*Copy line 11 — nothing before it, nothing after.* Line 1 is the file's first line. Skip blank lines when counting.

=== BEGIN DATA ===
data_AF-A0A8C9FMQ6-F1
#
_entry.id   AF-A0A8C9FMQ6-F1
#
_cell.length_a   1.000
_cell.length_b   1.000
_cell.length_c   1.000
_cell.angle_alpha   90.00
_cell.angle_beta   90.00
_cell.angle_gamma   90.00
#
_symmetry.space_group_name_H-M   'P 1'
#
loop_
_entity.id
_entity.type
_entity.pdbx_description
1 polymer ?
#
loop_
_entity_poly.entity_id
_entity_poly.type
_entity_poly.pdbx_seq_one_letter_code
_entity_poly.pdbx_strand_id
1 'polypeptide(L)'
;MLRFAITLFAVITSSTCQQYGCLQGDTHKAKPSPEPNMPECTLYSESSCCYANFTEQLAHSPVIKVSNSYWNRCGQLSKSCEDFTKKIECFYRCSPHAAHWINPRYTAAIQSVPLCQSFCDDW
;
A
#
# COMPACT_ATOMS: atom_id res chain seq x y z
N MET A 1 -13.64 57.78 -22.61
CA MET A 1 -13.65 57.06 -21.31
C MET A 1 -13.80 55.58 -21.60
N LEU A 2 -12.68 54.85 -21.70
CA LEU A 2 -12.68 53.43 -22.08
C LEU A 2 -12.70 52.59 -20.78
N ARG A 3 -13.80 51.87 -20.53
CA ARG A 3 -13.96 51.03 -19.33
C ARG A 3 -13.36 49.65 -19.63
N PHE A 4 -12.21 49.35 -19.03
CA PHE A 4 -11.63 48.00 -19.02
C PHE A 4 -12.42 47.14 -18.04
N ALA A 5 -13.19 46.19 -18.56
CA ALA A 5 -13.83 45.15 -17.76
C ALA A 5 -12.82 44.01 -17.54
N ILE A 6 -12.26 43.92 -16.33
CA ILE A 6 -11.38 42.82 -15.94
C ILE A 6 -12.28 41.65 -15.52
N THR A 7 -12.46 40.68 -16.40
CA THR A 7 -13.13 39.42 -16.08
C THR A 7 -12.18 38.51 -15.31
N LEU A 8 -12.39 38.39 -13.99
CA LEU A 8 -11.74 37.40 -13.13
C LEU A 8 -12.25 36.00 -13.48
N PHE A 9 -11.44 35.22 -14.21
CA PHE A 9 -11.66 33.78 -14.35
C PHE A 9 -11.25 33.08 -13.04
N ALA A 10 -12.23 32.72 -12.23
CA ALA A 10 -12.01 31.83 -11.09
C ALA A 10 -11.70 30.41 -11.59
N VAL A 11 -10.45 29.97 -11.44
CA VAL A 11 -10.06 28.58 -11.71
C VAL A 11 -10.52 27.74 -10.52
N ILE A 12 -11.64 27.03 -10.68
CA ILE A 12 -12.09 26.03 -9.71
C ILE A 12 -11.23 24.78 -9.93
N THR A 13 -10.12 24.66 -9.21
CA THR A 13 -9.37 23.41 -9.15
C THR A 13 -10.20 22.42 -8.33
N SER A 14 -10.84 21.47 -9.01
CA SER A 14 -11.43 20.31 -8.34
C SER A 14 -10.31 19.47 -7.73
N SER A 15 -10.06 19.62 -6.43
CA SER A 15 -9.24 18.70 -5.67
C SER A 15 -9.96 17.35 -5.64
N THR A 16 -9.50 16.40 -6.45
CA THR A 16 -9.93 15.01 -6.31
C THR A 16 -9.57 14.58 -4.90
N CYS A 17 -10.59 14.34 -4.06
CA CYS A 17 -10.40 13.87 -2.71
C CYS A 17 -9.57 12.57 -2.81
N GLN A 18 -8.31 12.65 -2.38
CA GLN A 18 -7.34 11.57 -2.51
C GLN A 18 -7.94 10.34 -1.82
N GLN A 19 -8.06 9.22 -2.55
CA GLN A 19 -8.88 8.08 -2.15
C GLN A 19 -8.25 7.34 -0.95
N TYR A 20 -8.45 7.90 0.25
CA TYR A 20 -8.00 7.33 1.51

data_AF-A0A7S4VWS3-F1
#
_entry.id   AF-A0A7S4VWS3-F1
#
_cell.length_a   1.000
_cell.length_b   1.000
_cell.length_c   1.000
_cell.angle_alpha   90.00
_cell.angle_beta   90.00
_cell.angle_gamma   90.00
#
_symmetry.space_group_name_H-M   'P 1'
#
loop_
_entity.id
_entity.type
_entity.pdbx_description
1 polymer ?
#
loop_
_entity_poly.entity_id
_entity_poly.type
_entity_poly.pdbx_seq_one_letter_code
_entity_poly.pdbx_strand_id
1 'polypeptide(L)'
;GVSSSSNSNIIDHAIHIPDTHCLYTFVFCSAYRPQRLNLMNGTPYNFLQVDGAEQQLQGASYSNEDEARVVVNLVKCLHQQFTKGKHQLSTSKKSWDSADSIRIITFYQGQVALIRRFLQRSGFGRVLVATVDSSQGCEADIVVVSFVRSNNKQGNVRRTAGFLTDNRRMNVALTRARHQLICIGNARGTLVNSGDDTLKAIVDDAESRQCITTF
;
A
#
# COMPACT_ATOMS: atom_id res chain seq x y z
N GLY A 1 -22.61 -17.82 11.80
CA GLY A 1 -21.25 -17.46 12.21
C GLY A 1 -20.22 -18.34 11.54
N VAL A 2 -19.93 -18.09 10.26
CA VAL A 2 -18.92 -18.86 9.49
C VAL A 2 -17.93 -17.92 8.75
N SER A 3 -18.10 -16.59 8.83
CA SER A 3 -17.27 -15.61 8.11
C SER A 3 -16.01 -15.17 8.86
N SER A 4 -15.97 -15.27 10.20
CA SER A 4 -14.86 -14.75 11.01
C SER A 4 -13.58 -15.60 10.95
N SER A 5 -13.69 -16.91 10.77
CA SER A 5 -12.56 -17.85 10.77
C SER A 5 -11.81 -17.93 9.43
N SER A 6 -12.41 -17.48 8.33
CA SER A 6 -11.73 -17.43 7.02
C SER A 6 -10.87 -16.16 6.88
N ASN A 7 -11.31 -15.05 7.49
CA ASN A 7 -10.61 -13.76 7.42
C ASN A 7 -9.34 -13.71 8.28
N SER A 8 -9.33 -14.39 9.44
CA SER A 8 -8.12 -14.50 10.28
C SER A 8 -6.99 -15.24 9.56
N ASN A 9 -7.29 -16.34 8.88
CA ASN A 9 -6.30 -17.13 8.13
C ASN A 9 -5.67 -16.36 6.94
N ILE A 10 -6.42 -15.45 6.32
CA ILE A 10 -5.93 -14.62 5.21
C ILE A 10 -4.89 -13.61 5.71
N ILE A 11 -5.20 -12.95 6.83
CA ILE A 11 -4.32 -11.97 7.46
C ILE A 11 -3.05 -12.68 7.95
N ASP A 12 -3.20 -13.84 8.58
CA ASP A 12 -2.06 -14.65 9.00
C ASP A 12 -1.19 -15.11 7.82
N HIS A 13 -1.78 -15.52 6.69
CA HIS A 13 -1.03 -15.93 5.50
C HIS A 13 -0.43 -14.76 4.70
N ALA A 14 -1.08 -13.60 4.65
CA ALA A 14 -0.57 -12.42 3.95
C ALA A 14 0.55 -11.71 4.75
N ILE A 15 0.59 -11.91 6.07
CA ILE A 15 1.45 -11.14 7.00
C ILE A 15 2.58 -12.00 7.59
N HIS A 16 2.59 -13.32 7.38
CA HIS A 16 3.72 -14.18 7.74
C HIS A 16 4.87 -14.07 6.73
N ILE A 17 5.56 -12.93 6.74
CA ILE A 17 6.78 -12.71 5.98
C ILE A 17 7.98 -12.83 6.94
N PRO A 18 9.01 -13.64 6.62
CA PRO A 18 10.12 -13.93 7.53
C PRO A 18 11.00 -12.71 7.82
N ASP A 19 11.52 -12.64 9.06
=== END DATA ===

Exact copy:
#